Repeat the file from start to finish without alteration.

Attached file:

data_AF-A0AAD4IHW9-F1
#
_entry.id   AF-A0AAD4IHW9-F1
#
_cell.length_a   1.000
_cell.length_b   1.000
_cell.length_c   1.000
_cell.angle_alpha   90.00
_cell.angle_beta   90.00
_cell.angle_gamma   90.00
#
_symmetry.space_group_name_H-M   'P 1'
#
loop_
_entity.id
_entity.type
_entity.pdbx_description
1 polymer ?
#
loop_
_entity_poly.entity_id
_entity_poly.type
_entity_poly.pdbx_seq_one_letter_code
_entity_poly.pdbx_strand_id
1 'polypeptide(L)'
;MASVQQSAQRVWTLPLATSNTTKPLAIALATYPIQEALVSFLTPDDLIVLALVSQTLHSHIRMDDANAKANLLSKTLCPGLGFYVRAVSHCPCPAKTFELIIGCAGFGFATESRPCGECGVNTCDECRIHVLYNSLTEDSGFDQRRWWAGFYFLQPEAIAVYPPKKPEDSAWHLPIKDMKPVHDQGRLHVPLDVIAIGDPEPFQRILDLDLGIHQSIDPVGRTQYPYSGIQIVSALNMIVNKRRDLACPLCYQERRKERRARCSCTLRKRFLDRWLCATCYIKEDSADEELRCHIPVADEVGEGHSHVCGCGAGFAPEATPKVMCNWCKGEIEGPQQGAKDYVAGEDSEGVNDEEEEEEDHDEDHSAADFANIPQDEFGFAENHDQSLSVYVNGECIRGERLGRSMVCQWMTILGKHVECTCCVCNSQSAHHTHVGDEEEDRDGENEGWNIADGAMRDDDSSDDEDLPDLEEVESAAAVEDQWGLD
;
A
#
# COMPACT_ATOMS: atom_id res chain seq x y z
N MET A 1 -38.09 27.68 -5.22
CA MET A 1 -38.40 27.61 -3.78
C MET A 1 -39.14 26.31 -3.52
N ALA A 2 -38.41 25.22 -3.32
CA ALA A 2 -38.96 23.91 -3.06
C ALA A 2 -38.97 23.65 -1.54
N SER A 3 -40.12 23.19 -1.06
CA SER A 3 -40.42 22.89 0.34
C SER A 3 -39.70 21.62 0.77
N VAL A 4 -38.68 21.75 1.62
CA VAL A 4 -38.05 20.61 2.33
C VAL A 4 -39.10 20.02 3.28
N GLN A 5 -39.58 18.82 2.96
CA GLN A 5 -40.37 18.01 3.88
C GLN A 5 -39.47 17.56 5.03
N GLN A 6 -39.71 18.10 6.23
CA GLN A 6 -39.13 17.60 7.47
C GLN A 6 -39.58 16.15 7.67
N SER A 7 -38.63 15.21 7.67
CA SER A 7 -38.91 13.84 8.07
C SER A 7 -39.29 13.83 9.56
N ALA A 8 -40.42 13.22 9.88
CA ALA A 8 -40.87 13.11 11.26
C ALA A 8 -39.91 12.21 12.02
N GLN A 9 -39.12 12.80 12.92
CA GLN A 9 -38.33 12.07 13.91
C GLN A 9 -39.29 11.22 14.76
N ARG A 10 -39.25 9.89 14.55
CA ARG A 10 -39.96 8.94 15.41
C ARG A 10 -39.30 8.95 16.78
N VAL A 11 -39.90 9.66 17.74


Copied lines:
data_AF-A0AAD4IHW9-F1
#
_entry.id   AF-A0AAD4IHW9-F1
#
_cell.length_a   1.000
_cell.length_b   1.000
_cell.length_c   1.000
_cell.angle_alpha   90.00
_cell.angle_beta   90.00
_cell.angle_gamma   90.00
#
_symmetry.space_group_name_H-M   'P 1'
#
loop_
_entity.id
_entity.type
_entity.pdbx_description
1 polymer ?
#
loop_
_entity_poly.entity_id
_entity_poly.type
_entity_poly.pdbx_seq_one_letter_code
_entity_poly.pdbx_strand_id
1 'polypeptide(L)'
;MASVQQSAQRVWTLPLATSNTTKPLAIALATYPIQEALVSFLTPDDLIVLALVSQTLHSHIRMDDANAKANLLSKTLCPGLGFYVRAVSHCPCPAKTFELIIGCAGFGFATESRPCGECGVNTCDECRIHVLYNSLTEDSGFDQRRWWAGFYFLQPEAIAVYPPKKPEDSAWHLPIKDMKPVHDQGRLHVPLDVIAIGDPEPFQRILDLDLGIHQSIDPVGRTQYPYSGIQIVSALNMIVNKRRDLACPLCYQERRKERRARCSCTLRKRFLDRWLCATCYIKEDSADEELRCHIPVADEVGEGHSHVCGCGAGFAPEATPKVMCNWCKGEIEGPQQGAKDYVAGEDSEGVNDEEEEEEDHDEDHSAADFANIPQDEFGFAENHDQSLSVYVNGECIRGERLGRSMVCQWMTILGKHVECTCCVCNSQSAHHTHVGDEEEDRDGENEGWNIADGAMRDDDSSDDEDLPDLEEVESAAAVEDQWGLD
;
A
#
# COMPACT_ATOMS: atom_id res chain seq x y z
N MET A 1 -38.09 27.68 -5.22
CA MET A 1 -38.40 27.61 -3.78
C MET A 1 -39.14 26.31 -3.52
N ALA A 2 -38.41 25.22 -3.32
CA ALA A 2 -38.96 23.91 -3.06
C ALA A 2 -38.97 23.65 -1.54
N SER A 3 -40.12 23.19 -1.06
CA SER A 3 -40.42 22.89 0.34
C SER A 3 -39.70 21.62 0.77
N VAL A 4 -38.68 21.75 1.62
CA VAL A 4 -38.05 20.61 2.33
C VAL A 4 -39.10 20.02 3.28
N GLN A 5 -39.58 18.82 2.96
CA GLN A 5 -40.37 18.01 3.88
C GLN A 5 -39.47 17.56 5.03
N GLN A 6 -39.71 18.10 6.23
CA GLN A 6 -39.13 17.60 7.47
C GLN A 6 -39.58 16.15 7.67
N SER A 7 -38.63 15.21 7.67
CA SER A 7 -38.91 13.84 8.07
C SER A 7 -39.29 13.83 9.56
N ALA A 8 -40.42 13.22 9.88
CA ALA A 8 -40.87 13.11 11.26
C ALA A 8 -39.91 12.21 12.02
N GLN A 9 -39.12 12.80 12.92
CA GLN A 9 -38.33 12.07 13.91
C GLN A 9 -39.29 11.22 14.76
N ARG A 10 -39.25 9.89 14.55
CA ARG A 10 -39.96 8.94 15.41
C ARG A 10 -39.30 8.95 16.78
N VAL A 11 -39.90 9.66 17.74